Byline: David Wilezol, SPECIAL TO THE WASHINGTON TIMES
Aida Donald's Citizen Soldier: A Life of Harry S. Truman doesn't try to do too much. It doesn't have to. Truman has been the subject of several expansive biographies in the last few decades, most notably one by David McCullough. So it is to Ms. Donald's credit that Citizen Soldier checks in at 239 pages, excluding introduction, notes and acknowledgments.
The brevity of this biography serves Ms. Donald's aim of filling in a specific gap in Truman scholarship. She succeeds. Where Citizen Soldier differs from other Truman biographies is in Ms. Donald's admittance that she is more inclined to interpret Truman's life psychologically than other biographers of the president. What this means is not absolutely clear, but Ms. Donald has placed a special emphasis on her analysis of the Pickwick Papers, letters Truman wrote to himself during his ascension through the vile Kansas City political machine of the 1920s and '30s that have only recently been made available to the public. Ms. Donald wants to know how a man historically perceived to be full of unflappable dignity and goodness adopted such a Manichaean approach to politics.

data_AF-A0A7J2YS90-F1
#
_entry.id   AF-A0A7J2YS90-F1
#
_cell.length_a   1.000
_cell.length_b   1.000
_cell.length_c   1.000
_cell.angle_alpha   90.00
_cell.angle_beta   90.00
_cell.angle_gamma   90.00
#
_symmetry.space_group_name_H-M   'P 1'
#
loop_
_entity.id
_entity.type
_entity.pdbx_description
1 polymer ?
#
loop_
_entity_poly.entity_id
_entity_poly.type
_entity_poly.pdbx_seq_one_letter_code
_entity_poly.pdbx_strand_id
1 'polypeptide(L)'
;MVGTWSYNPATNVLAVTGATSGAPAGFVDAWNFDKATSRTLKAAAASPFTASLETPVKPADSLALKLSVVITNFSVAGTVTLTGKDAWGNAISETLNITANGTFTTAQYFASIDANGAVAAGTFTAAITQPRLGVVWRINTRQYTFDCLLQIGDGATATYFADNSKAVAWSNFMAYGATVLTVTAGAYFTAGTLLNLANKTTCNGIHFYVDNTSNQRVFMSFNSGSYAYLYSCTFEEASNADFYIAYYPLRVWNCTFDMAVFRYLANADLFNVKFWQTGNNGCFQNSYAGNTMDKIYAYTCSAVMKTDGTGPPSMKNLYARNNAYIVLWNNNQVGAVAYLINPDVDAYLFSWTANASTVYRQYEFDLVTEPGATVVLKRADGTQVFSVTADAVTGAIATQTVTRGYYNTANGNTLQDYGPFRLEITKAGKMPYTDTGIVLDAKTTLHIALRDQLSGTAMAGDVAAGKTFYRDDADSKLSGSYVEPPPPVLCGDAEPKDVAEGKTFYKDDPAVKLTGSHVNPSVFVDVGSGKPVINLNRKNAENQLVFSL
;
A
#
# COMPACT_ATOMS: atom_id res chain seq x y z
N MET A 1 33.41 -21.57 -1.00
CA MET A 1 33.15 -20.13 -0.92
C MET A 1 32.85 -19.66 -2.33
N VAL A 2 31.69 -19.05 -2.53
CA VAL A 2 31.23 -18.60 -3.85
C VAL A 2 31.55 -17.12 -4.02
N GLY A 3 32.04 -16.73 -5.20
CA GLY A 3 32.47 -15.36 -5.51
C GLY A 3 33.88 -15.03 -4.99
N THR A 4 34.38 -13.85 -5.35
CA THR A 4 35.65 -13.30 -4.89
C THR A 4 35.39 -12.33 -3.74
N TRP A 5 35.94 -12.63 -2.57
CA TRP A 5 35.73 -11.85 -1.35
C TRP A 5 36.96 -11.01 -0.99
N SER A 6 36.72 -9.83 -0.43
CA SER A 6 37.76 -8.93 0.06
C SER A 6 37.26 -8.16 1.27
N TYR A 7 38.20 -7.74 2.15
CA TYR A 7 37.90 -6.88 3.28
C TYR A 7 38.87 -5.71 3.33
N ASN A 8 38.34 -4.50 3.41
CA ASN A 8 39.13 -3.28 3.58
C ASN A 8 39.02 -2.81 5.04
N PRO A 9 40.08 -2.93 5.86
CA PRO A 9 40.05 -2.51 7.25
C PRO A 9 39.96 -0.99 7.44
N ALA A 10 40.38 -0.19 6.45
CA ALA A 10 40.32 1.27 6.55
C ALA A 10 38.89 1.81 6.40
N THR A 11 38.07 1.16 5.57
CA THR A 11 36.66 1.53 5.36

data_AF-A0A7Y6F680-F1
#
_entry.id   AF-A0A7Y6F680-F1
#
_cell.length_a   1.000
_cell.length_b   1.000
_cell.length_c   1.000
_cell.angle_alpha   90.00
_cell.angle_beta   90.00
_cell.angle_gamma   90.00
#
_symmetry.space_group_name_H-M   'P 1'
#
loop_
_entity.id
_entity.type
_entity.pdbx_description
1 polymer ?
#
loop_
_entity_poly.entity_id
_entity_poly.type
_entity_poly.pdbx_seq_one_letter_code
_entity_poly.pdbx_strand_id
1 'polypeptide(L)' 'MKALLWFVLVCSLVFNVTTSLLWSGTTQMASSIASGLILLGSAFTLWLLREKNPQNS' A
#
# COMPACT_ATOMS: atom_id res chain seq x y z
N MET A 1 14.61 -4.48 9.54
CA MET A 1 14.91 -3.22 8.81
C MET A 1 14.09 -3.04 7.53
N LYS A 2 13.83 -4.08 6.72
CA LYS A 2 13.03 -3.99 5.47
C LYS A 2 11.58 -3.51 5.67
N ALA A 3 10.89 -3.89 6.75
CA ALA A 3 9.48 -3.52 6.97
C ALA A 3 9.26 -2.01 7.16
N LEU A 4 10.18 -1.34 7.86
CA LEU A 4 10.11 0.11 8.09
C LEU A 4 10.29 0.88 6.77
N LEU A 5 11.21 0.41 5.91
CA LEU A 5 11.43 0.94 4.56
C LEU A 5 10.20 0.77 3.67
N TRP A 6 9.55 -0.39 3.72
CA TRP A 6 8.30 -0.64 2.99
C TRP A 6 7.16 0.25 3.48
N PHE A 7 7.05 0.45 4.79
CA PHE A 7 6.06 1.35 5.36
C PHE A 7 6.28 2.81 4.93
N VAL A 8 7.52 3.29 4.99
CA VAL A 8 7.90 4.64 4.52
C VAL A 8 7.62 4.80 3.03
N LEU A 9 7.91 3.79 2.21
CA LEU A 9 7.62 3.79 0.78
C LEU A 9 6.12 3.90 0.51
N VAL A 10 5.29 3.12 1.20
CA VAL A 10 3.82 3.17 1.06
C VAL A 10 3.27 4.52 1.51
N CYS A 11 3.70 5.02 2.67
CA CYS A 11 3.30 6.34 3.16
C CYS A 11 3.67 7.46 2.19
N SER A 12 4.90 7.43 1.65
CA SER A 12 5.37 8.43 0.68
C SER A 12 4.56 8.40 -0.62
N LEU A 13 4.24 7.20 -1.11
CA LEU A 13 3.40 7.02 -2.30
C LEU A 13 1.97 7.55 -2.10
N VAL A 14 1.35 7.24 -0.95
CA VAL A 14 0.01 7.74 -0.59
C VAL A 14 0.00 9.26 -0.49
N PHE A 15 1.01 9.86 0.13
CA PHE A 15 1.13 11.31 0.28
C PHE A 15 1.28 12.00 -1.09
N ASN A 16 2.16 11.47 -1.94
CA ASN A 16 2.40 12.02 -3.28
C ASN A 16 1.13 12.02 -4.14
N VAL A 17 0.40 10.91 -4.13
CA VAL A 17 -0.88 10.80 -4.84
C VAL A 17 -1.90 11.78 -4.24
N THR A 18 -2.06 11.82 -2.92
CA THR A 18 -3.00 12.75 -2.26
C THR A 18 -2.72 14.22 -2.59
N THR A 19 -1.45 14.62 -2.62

Ultimately, says Ms. Donald, the Truman of the 1920s was a man torn between behaving ethically and having to be minimally corrupt. The historical record bears it out. The same Truman who turned a blind eye to thefts of $10,000, and even $1 million from the public treasury when he was a county judge was never suspected by anyone, even political enemies, of personally dipping into the public coffers or accepting a bribe. As Ms. Donald makes clear, Truman's consistently bare-bones living indicates that the man never got rich off politics until he started drawing the annual presidential salary of $75,000 per year. As late as 1940, Sen. Truman and his family were living in poverty, with his mother-in-law and daughter sharing a room in their two-bedroom Washington apartment. Harry rode the bus to work.
But even in exposing Truman's moral rationalizations, Ms. Donald doesn't undercut those aspects of Truman's life that have rightfully made him a symbol of everyman America. Ms. Donald unveils the origins of Truman's famous virtue in the course of the first 75 pages. A homespun product of the Missouri plains, Truman more Roman than Greek ) failed at farming, fought in World War I, dropped out of college, was perpetually in debt and endured numerous failures as a businessman, culminating in the disastrous operation of a men's …